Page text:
As readers may know, there has several media reports by book publishers, book authors and their supporters raising an alarm about the rising level of piracy of printed texts. Japhet Otike, a professor at Moi University, offers a user’s perspective in a recent newspaper article titled: “Photocopying of a copyrighted book is not quite illegal”. His overall argument, which this blogger concurs with, is that copyright is and should be balanced to take into account the rights and interests of owners and users of copyright works respectively. In this regard, Otike argues that the term ‘piracy’ should be reserved only for those involved in mass production of copyrighted materials for commercial purposes. Thus students and teachers who produce a few pages from a book for non-commercial purposes should not be lumped together with hardcore pirates making a fortune from making, distributing and selling unauthorised copies of printed works.
As many readers may know, this blogger is affiliate faculty teaching the CopyrightX course in Nairobi, Kenya. CopyrightX is a 12 week course, affiliated with the Harvard Law School and Harvard Berkman Center for Internet and Society and led by Prof. William W. Fisher III, WilmerHale Professor of Intellectual Property, Harvard Law School. CopyrightX includes three sets of students and teachers: roughly 90 students attending a course at Harvard Law School taught by Prof. Fisher; roughly 570 students attending an online course taught by 23 Harvard teaching fellows; and roughly 500 students attending 19 courses taught by faculty at affiliated universities and institutions.
The World Intellectual Property Day (WIPD) is celebrated by Member States of the World Intellectual Property Organization (WIPO) on every 26th of April. This coincides with the date on which the Convention establishing WIPO originally entered into force in 1970. Year in, year out, the WIPD theme tend to revolve around creativity and innovation. In 2017, the theme was “Innovation – Improving Lives” and WIPO released this theme earlier than usual to aid in preparations by member states to mark the day. This year’s theme took this blogger back to WIPD 2012 when we celebrated “Visionary Innovators” with emphasis on people whose innovations transform our lives.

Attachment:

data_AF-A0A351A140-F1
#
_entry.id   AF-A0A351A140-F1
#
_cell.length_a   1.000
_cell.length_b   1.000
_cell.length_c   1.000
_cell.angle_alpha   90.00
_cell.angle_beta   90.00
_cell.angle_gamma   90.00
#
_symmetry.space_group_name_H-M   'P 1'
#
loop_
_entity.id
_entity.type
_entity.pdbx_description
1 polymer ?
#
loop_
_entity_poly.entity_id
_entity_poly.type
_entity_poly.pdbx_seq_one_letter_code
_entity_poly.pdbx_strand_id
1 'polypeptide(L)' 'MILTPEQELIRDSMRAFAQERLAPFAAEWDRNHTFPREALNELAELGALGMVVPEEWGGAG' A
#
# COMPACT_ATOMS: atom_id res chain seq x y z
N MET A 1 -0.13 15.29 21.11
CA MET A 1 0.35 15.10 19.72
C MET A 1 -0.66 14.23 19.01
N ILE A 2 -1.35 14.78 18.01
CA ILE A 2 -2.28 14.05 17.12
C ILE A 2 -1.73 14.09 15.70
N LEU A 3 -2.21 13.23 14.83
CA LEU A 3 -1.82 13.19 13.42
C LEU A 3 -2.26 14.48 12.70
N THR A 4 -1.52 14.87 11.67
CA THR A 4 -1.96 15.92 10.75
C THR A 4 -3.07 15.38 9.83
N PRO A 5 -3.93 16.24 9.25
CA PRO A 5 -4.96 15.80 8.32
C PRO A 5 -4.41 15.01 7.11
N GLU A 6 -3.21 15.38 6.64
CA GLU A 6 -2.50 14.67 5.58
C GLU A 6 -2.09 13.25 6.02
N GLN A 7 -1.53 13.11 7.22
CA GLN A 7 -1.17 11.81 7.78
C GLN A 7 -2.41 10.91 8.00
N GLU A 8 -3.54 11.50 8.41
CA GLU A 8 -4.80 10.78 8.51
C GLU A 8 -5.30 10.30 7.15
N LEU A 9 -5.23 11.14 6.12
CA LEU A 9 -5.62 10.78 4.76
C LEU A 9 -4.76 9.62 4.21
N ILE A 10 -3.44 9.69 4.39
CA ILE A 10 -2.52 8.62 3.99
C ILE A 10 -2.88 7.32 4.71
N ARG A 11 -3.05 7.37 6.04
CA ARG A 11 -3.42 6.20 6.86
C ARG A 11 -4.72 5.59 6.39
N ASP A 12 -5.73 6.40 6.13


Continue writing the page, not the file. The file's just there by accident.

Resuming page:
Trading in goods must not only be honest but also not be, even unintentionally, unfair. That is the basic principle that guides the interest of all those who may wish to buy or sell goods- Onguto J in Harleys Limited v Sun-Pharma East Africa Limited  eklr
The High Court of Kenya has yet again made a preliminary finding in a trade mark infringement and passing off action, this time in the realm of pharmaceuticals. The parties- Harleys Limited and Sun-Pharma East Africa Ltd are proprietors of the trade marks ‘Letrol’ and ‘Letroz’ respectively both used in the treatment of breast cancer. In a typical concurrent use of trademarks case, the Plaintiff, Harleys Limited alleges that the Defendant’s Letroz is so similar to its ‘Letrol’ as to cause confusion to the average consumer and that the name and general packaging of ‘Letroz’ is aimed to pass off as ‘Letrol’. The Plaintiff sought a temporary injunction restraining the Defendant from selling their drug under the name ‘Letroz’.
The Defendant denied any wrong doing, contending that the name ‘Letroz’ had been used openly and extensively since 2009 even before the mark was registered in 2014. According to the Defendant, there was a lawful concurrent use of both marks, which is allowed under section 15 of the Trade Marks Act and such concurrent use led to the respective marks of ‘Letrol’ and ‘Letroz’ to be associated with the Plaintiff and the Defendant respectively.
Copyright, Eneza Education, Incubators, innovation, Kenya, Kenya ICT Masterplan, Mobile Innovation, MPESA, Open AIR, simple technology, Socio-economic development, Startups, technology hub of Africa, Totohealth, USSD